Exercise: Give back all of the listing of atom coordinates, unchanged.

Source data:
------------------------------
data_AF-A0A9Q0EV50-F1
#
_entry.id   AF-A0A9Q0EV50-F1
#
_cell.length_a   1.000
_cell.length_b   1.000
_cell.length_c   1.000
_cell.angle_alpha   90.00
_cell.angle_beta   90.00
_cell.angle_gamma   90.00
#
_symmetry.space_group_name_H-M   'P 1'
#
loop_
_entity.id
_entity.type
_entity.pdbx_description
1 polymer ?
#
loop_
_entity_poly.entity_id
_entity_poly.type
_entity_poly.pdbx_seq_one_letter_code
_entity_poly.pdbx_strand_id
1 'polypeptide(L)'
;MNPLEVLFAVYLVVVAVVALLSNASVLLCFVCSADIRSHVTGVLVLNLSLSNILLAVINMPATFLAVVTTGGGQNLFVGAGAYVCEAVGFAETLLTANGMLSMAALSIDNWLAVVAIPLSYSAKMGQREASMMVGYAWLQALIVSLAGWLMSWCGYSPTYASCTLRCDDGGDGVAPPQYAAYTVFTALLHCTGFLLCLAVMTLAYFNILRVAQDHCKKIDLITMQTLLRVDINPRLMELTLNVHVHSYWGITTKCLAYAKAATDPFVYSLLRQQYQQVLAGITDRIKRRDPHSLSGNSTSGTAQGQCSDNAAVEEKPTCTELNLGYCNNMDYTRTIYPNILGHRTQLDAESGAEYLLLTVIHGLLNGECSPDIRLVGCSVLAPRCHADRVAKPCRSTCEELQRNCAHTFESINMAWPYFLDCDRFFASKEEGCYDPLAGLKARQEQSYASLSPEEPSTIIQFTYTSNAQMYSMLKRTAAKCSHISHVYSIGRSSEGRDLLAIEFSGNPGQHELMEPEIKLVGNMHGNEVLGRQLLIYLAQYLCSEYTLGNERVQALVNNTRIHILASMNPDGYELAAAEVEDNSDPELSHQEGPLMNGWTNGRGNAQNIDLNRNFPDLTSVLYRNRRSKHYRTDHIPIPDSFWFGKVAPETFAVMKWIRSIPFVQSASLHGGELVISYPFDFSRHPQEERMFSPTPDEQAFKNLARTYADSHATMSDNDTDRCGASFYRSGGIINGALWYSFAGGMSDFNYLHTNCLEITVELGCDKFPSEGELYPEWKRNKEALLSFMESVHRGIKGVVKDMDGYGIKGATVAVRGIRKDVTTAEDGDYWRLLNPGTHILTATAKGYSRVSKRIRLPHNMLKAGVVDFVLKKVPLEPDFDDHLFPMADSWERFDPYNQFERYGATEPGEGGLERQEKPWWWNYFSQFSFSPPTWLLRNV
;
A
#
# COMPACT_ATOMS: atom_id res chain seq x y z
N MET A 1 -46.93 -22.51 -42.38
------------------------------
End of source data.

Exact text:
data_AF-A0A9Q0EV50-F1
#
_entry.id   AF-A0A9Q0EV50-F1
#
_cell.length_a   1.000
_cell.length_b   1.000
_cell.length_c   1.000
_cell.angle_alpha   90.00
_cell.angle_beta   90.00
_cell.angle_gamma   90.00
#
_symmetry.space_group_name_H-M   'P 1'
#
loop_
_entity.id
_entity.type
_entity.pdbx_description
1 polymer ?
#
loop_
_entity_poly.entity_id
_entity_poly.type
_entity_poly.pdbx_seq_one_letter_code
_entity_poly.pdbx_strand_id
1 'polypeptide(L)'
;MNPLEVLFAVYLVVVAVVALLSNASVLLCFVCSADIRSHVTGVLVLNLSLSNILLAVINMPATFLAVVTTGGGQNLFVGAGAYVCEAVGFAETLLTANGMLSMAALSIDNWLAVVAIPLSYSAKMGQREASMMVGYAWLQALIVSLAGWLMSWCGYSPTYASCTLRCDDGGDGVAPPQYAAYTVFTALLHCTGFLLCLAVMTLAYFNILRVAQDHCKKIDLITMQTLLRVDINPRLMELTLNVHVHSYWGITTKCLAYAKAATDPFVYSLLRQQYQQVLAGITDRIKRRDPHSLSGNSTSGTAQGQCSDNAAVEEKPTCTELNLGYCNNMDYTRTIYPNILGHRTQLDAESGAEYLLLTVIHGLLNGECSPDIRLVGCSVLAPRCHADRVAKPCRSTCEELQRNCAHTFESINMAWPYFLDCDRFFASKEEGCYDPLAGLKARQEQSYASLSPEEPSTIIQFTYTSNAQMYSMLKRTAAKCSHISHVYSIGRSSEGRDLLAIEFSGNPGQHELMEPEIKLVGNMHGNEVLGRQLLIYLAQYLCSEYTLGNERVQALVNNTRIHILASMNPDGYELAAAEVEDNSDPELSHQEGPLMNGWTNGRGNAQNIDLNRNFPDLTSVLYRNRRSKHYRTDHIPIPDSFWFGKVAPETFAVMKWIRSIPFVQSASLHGGELVISYPFDFSRHPQEERMFSPTPDEQAFKNLARTYADSHATMSDNDTDRCGASFYRSGGIINGALWYSFAGGMSDFNYLHTNCLEITVELGCDKFPSEGELYPEWKRNKEALLSFMESVHRGIKGVVKDMDGYGIKGATVAVRGIRKDVTTAEDGDYWRLLNPGTHILTATAKGYSRVSKRIRLPHNMLKAGVVDFVLKKVPLEPDFDDHLFPMADSWERFDPYNQFERYGATEPGEGGLERQEKPWWWNYFSQFSFSPPTWLLRNV
;
A
#
# COMPACT_ATOMS: atom_id res chain seq x y z
N MET A 1 -46.93 -22.51 -42.38